FilmScene’s Refocus Festival announces slate of features, from a VR documentary to a ‘secret’ animated film

Refocus Film Festival

Thursday-Sunday, Oct. 6-9, Various Locations, $12-230

Still from ‘Framing Agnes’ (2022)

As the start date for single ticket purchases quickly approaches, FilmScene has announced the lineup of films for its inaugural Refocus Film Festival, which runs Oct. 6-9 across Iowa City. (Ticket sales begin Sept. 16; passes are on sale now and range from $65 public/$60 members for a five-show pass to $230/$195 for all access.)

Refocus is leveraging Iowa City’s status as a UNESCO City of Literature to celebrate adaptation and transformation. The works screened during the festival are all somehow derived from or in conversation with earlier art in a different medium.

“All of the films are adaptations in one way another, but the priority is always to the quality of the films. We want to showcase the best films from diverse voices,” Ben Delgado, FilmScene’s programming director, said of the selection process in an email. “Keeping quality front of mind and balancing discoveries with films from established masters makes for a well rounded festival experience.”

Director Charlie Shackleton’s The Afterlight (2021) is a fascinating example of the transformative process. It doesn’t pull from a single source, but combines archival footage of now-deceased individuals from hundreds of different films. It exists only as a single 35mm print, and is expected to deteriorate as it tours and is watched repeatedly, echoing the fate of the subjects in the stories it tells.

“[Shackleton] is someone who pushes cinema in creative and interesting ways, breaking form and taking chances in ways that are meaningful and enhance the work,” Andrew Sherburne, FilmScene executive director, said in an email, naming The Afterlight as his personal most-anticipated film of the fest. And because only one copy exists, he noted, “if you’re in Iowa City, and don’t see it at the festival, you’ll probably never see it.”

Also wildly experimental, On the Morning You Wake (To the End of the World) incorporates audio testimony, spoken word and an immersive score into a VR experience of a 2018 ballistic missile threat in Hawai’i. And in Framing Agnes, director Chase Joynt and an all-trans team take 1950s case files from the UCLA gender health clinic and spin them into a compelling talk show format.

In the world of literary adaptations, the festival docket includes Aleph (dir. Iva Radivojevic, 2021), loosely based on “The Aleph,” a short story by Jorge Luis Borges. Last and First Men (dir. Jóhann Jóhannsson, 2020), based on Olaf Stapledon’s 1930 cult sci-fi novel, hit the festival circuit just prior to the COVID-19 pandemic, keeping it from U.S. screens until just recently. Meet Me in the Bathroom (2022), from directors Dylan Southern and Will Lovelace, interprets the early 2000s Lower East Side indie rock scene, as detailed in Lizzy Goodman’s 2017 book of the same name. Hold Me Tight (2021, dir. Mathieu Amalric) offers an adaptation of the play Je reviens de loin by Claudine Galea.

In addition to films from the past couple of years, Refocus will also screen a handful of recent reissues, including 1992’s Orlando and 1951’s Miracle in Milan.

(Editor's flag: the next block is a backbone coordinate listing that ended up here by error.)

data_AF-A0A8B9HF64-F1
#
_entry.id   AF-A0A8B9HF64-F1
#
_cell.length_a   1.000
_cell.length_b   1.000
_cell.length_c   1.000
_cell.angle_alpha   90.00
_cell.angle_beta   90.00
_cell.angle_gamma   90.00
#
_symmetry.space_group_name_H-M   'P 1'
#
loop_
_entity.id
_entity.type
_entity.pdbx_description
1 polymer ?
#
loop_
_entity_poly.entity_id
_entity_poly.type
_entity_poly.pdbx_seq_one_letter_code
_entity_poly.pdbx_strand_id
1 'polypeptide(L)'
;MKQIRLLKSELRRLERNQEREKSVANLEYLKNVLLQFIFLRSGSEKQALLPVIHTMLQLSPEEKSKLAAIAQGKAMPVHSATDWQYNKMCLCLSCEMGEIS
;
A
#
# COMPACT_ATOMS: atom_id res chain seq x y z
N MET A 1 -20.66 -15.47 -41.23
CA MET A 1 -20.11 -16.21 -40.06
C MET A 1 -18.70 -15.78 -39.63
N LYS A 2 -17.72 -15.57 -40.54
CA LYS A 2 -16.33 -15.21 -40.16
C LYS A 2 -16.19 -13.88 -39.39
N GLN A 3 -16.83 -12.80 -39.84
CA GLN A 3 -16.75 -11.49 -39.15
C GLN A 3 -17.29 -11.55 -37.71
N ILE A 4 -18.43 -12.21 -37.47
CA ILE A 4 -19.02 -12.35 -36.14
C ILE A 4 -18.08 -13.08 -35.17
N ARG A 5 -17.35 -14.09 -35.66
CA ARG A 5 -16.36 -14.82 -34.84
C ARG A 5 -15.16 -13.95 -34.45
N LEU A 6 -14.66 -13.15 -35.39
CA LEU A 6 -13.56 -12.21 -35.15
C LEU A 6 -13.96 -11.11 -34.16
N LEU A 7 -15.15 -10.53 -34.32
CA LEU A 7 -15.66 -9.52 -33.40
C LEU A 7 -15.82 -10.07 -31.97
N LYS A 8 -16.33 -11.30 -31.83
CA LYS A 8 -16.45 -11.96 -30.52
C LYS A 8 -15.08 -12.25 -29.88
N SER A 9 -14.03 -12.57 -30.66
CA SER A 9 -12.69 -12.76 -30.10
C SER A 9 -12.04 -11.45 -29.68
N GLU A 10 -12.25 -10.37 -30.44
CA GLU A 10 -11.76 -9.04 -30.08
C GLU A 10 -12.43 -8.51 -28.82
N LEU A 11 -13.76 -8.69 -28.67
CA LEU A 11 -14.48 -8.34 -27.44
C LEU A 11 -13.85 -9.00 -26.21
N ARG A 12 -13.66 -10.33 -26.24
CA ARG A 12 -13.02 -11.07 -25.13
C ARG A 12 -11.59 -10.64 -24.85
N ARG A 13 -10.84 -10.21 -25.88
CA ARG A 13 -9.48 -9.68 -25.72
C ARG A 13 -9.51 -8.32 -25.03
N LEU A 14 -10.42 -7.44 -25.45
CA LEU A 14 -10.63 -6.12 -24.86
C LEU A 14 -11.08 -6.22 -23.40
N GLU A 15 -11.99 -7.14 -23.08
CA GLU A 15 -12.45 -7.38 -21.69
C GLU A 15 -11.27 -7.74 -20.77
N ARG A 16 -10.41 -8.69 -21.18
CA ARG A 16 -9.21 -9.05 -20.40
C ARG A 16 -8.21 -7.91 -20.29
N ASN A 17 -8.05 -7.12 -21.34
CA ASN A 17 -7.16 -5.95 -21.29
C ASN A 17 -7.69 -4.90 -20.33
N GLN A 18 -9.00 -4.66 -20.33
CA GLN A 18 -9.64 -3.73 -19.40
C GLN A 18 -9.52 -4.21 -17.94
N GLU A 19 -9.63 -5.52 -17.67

“A festival is of course a showcase for brand new work, but it’s also a place to rediscover classics, particularly when they have been lovingly restored,” Delgado said. “In some cases, these are films that were not appreciated fully in their initial release or were only available in poor transfers if at all until very recently.”

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Although FilmScene didn’t solicit submissions this year, “there is a hunger and an energy for the festival that excited filmmakers to reach out with their work,” Delgado said. “We were happy to see that positive response and are taking everything into consideration for future iterations, including opening up to submissions.”

There also aren’t any world premieres at this fest — although “all of the films are area premieres,” Delgado said — but there is one film they are listing only as Storybook. It’s a “secret screening” of a new 2022 animated children’s feature, playing at Refocus ahead of its official U.S. premiere. There’s not a lot the team can reveal, but they offer the following as part of their official description: “Sweet without being saccharine, this film is a clever, sprightly romp through an enchanted European city and a rumination on art as a reflection of a creator’s own hopes and dreams.”

“I think we have an incredibly eclectic lineup,” Delgado said. “And I’m excited for people to see it all! But if I had to pick one, I would have to say Sansón and Me is the one I am most excited for people to see. It plays with form and has a unique vision of adaptation using letters, conversations, songs and poetry combined with re-enactments of memories to tell a very important and very personal story of the immigrant experience in this country. Director Rodrigo Reyes will be at the festival to talk about the film, and I know people will have plenty of questions for him after they see it. And if I could cheat and add one more, I would say Rewind & Play is a must-watch, especially for jazz fans.”

See the full lineup on the festival website.